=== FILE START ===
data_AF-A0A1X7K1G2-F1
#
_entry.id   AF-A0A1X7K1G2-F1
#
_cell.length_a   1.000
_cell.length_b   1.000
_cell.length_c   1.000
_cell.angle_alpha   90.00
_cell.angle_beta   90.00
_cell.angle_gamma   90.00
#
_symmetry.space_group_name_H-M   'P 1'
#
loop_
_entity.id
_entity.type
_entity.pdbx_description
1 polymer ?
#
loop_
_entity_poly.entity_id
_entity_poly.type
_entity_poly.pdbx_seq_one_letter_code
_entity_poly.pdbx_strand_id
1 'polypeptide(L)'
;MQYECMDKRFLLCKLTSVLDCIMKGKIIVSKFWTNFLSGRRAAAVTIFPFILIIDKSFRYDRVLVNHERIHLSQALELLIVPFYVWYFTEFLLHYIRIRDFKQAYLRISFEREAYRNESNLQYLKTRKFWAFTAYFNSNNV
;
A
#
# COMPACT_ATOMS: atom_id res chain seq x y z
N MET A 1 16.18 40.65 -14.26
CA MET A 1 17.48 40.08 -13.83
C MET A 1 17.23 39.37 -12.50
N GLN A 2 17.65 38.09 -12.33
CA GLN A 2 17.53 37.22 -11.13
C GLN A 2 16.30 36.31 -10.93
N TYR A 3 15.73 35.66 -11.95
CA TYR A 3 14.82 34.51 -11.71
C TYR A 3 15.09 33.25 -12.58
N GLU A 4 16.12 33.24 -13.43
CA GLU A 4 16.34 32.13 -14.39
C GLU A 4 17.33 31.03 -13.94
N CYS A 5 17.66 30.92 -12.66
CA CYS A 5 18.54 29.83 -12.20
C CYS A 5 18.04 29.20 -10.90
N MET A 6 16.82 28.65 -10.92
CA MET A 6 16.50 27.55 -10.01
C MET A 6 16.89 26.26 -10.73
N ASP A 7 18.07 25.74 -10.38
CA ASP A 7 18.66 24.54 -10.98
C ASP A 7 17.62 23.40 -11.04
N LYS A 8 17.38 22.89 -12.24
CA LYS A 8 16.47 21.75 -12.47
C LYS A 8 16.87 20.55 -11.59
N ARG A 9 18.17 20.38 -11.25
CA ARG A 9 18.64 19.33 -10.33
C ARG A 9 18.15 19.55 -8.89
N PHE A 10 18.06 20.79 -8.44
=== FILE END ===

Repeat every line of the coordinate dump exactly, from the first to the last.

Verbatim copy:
data_AF-A0A1X7K1G2-F1
#
_entry.id   AF-A0A1X7K1G2-F1
#
_cell.length_a   1.000
_cell.length_b   1.000
_cell.length_c   1.000
_cell.angle_alpha   90.00
_cell.angle_beta   90.00
_cell.angle_gamma   90.00
#
_symmetry.space_group_name_H-M   'P 1'
#
loop_
_entity.id
_entity.type
_entity.pdbx_description
1 polymer ?
#
loop_
_entity_poly.entity_id
_entity_poly.type
_entity_poly.pdbx_seq_one_letter_code
_entity_poly.pdbx_strand_id
1 'polypeptide(L)'
;MQYECMDKRFLLCKLTSVLDCIMKGKIIVSKFWTNFLSGRRAAAVTIFPFILIIDKSFRYDRVLVNHERIHLSQALELLIVPFYVWYFTEFLLHYIRIRDFKQAYLRISFEREAYRNESNLQYLKTRKFWAFTAYFNSNNV
;
A
#
# COMPACT_ATOMS: atom_id res chain seq x y z
N MET A 1 16.18 40.65 -14.26
CA MET A 1 17.48 40.08 -13.83
C MET A 1 17.23 39.37 -12.50
N GLN A 2 17.65 38.09 -12.33
CA GLN A 2 17.53 37.22 -11.13
C GLN A 2 16.30 36.31 -10.93
N TYR A 3 15.73 35.66 -11.95
CA TYR A 3 14.82 34.51 -11.71
C TYR A 3 15.09 33.25 -12.58
N GLU A 4 16.12 33.24 -13.43
CA GLU A 4 16.34 32.13 -14.39
C GLU A 4 17.33 31.03 -13.94
N CYS A 5 17.66 30.92 -12.66
CA CYS A 5 18.54 29.83 -12.20
C CYS A 5 18.04 29.20 -10.90
N MET A 6 16.82 28.65 -10.92
CA MET A 6 16.50 27.55 -10.01
C MET A 6 16.89 26.26 -10.73
N ASP A 7 18.07 25.74 -10.38
CA ASP A 7 18.66 24.54 -10.98
C ASP A 7 17.62 23.40 -11.04
N LYS A 8 17.38 22.89 -12.24
CA LYS A 8 16.47 21.75 -12.47
C LYS A 8 16.87 20.55 -11.59
N ARG A 9 18.17 20.38 -11.25
CA ARG A 9 18.64 19.33 -10.33
C ARG A 9 18.15 19.55 -8.89
N PHE A 10 18.06 20.79 -8.44